IMPORTANCE: Behavioral change interventions have demonstrated short-term efficacy in reducing sexually transmitted infection (STI)/human immunodeficiency virus (HIV) risk behaviors; however, few have demonstrated long-term efficacy.
OBJECTIVE: To evaluate the efficacy of a telephone counseling prevention maintenance intervention (PMI) to sustain STI/HIV-preventive behaviors and reduce incident STIs during a 36-month follow-up.
DESIGN, SETTING, AND PARTICIPANTS: In a 2-arm randomized supplemental treatment trial at 3 clinics serving predominantly minority adolescents in Atlanta, Georgia, 701 African American adolescent girls aged 14 to 20 years received a primary treatment and subsequently received a different (supplemental) treatment (PMI) to enhance effects of the primary treatment.
INTERVENTIONS: Participants in the experimental condition (n = 342) received an adapted evidence-based STI/HIV intervention (HORIZONS) and a PMI consisting of brief telephone contacts every 8 weeks over 36 months to reinforce and complement prevention messages. Comparison-condition participants (n = 359) received HORIZONS and a time- and dose-consistent PMI focused on general health.
CONCLUSIONS AND RELEVANCE: Sustaining the long-term impact of an STI/HIV intervention is achievable with brief, tailored telephone counseling.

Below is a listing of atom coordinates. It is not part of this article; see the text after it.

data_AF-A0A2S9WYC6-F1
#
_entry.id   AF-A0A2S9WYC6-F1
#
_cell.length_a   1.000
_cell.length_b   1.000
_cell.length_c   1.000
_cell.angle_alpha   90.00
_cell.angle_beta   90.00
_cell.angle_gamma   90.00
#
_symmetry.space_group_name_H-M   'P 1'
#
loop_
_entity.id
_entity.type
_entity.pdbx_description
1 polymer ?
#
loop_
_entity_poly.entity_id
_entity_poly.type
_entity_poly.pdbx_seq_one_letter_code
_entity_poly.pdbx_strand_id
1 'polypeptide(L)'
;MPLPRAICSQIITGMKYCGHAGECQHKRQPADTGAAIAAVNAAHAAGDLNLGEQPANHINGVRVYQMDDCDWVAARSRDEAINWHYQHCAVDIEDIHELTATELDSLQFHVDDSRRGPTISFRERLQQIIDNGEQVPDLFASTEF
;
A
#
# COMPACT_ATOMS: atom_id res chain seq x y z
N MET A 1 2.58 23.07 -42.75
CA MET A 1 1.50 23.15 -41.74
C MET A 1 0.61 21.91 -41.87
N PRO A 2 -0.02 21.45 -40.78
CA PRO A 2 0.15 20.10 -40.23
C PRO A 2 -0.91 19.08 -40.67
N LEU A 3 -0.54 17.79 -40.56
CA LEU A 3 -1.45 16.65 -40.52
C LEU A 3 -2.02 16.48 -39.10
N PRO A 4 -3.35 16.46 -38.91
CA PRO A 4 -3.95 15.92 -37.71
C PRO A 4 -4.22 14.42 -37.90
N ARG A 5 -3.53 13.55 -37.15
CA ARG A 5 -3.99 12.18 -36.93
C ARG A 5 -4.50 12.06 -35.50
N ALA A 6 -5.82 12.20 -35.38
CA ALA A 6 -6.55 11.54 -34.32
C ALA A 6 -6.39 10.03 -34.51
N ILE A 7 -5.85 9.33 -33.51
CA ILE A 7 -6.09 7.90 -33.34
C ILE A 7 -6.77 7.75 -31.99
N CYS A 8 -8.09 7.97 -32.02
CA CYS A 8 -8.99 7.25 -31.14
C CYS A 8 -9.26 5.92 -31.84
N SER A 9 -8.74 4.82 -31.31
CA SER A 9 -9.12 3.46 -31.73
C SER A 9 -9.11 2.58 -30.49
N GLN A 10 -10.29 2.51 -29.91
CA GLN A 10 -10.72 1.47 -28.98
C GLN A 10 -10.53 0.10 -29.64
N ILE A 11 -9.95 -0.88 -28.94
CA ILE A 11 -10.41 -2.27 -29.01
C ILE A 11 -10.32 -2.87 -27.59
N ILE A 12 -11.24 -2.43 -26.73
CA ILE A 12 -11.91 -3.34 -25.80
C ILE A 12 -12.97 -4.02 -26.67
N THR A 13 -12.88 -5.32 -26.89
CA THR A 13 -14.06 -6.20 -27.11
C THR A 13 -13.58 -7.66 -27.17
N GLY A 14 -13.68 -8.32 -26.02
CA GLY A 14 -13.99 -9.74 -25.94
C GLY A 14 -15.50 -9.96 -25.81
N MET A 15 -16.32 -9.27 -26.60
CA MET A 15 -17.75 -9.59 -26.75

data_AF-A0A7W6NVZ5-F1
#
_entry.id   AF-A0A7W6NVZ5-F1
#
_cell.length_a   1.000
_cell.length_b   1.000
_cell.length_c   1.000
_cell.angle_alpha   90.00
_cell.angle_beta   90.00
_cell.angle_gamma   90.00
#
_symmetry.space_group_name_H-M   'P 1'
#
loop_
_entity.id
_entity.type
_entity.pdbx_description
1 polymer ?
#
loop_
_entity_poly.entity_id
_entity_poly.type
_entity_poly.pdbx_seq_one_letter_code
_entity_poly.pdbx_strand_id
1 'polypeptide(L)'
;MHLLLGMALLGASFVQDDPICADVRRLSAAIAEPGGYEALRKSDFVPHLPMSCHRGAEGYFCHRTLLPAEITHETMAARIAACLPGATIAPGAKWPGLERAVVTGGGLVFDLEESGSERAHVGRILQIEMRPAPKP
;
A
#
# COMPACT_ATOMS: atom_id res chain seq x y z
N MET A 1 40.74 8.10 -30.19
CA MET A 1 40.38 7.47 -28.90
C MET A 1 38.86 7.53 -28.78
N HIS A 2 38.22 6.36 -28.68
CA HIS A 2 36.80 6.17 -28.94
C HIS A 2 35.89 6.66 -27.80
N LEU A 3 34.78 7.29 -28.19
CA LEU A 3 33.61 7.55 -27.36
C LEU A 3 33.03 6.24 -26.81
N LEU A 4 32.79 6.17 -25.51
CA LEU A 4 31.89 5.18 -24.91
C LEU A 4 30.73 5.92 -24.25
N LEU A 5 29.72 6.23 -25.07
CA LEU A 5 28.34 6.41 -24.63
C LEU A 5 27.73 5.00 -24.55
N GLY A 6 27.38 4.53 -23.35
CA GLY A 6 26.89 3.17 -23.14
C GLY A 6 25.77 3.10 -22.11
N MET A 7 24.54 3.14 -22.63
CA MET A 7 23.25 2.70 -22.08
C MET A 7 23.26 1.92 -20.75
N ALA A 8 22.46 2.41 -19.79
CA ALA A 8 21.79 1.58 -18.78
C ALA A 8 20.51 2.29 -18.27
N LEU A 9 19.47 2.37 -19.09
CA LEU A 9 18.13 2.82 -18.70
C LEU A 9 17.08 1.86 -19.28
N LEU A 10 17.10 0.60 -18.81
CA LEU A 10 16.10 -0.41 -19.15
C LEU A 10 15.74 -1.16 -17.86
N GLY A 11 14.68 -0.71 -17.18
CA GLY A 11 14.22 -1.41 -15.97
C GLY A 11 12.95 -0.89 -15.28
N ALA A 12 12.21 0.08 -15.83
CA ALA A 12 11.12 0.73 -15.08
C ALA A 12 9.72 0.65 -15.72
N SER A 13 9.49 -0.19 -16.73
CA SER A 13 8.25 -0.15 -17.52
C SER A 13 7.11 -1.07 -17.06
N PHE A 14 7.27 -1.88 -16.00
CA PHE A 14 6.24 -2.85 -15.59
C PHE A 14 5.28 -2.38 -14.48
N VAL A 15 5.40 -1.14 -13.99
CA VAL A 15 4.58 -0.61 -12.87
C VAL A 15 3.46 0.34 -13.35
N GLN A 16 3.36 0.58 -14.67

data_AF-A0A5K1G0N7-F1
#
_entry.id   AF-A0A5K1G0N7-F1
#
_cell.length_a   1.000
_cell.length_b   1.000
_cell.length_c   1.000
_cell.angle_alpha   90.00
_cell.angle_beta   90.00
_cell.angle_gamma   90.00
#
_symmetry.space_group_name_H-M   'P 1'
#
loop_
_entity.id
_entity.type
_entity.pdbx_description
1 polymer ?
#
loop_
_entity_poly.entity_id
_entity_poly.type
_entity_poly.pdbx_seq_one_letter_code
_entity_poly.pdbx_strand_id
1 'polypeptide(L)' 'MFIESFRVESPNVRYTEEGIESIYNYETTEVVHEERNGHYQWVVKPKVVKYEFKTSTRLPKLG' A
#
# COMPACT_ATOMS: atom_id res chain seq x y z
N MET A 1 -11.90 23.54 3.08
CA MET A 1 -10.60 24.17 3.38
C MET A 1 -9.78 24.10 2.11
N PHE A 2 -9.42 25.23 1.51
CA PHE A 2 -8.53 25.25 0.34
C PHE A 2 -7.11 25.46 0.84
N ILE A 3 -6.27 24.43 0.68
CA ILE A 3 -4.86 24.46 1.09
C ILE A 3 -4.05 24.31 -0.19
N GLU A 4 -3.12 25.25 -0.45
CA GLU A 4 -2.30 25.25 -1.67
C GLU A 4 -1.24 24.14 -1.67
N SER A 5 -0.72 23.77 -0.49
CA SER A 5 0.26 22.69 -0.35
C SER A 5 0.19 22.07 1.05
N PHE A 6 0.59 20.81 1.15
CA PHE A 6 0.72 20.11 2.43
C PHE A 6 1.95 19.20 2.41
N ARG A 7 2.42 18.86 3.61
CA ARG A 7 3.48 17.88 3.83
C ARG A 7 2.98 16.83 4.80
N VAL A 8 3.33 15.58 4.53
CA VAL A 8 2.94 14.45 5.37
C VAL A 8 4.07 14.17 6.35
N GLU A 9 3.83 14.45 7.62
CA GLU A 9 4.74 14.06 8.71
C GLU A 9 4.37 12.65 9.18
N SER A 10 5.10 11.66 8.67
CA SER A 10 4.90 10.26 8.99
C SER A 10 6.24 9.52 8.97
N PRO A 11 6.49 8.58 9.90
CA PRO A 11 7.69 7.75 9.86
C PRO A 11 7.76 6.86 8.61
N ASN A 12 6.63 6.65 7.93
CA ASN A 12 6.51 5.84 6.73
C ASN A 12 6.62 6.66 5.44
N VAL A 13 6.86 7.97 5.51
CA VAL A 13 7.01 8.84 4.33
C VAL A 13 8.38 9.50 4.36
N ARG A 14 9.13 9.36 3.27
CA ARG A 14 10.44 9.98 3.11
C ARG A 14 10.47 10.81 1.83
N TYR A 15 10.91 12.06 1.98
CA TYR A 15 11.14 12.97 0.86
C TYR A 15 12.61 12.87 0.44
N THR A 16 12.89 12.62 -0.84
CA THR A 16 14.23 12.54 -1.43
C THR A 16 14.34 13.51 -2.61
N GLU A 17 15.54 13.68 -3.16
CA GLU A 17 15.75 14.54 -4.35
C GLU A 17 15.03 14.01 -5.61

MAIN OUTCOMES AND MEASURES: The primary outcomeswere percentage of participants with a laboratory-confirmed incident chlamydial infection and percentage of participants with a laboratory-confirmed gonococcal infection during the 36-month follow-up. Behavioral outcomes included the following: (1) proportion of condom-protected sexual acts in the 6 months and 90 days prior to assessments; (2) number of sexual episodes during the past 90 days in which participants engaged in sexual intercourse while high on drugs and/or alcohol; and (3) number of vaginal sex partners in the 6 months prior to assessments.
RESULTS: During the 36-month follow-up, fewer participants in the experimental condition than in the comparison condition had incident chlamydial infections (94 vs 104 participants, respectively; risk ratio = 0.50; 95%CI, 0.28 to 0.88; P = .02) and gonococcal infections (48 vs 54 participants, respectively; risk ratio = 0.40; 95%CI, 0.15 to 1.02; P = .06). Participants completing more telephone contacts had a lower risk of chlamydial infection (risk ratio = 0.95; 95%CI, 0.90 to 1.00; P = .05). Participants in the experimental condition reported a higher proportion of condom-protected sexual acts in the 90 days (mean difference = 0.08; 95%CI, 0.06 to 0.11; P = .02) and 6 months (mean difference = 0.08; 95%CI, 0.06 to 0.10; P = .04) prior to assessments and fewer episodes of sexual acts while high on drugs and/or alcohol (mean difference = -0.61; 95%CI, -0.98 to -0.24; P < .001).
ASJC Scopus subject areas
- Pediatrics, Perinatology, and Child Health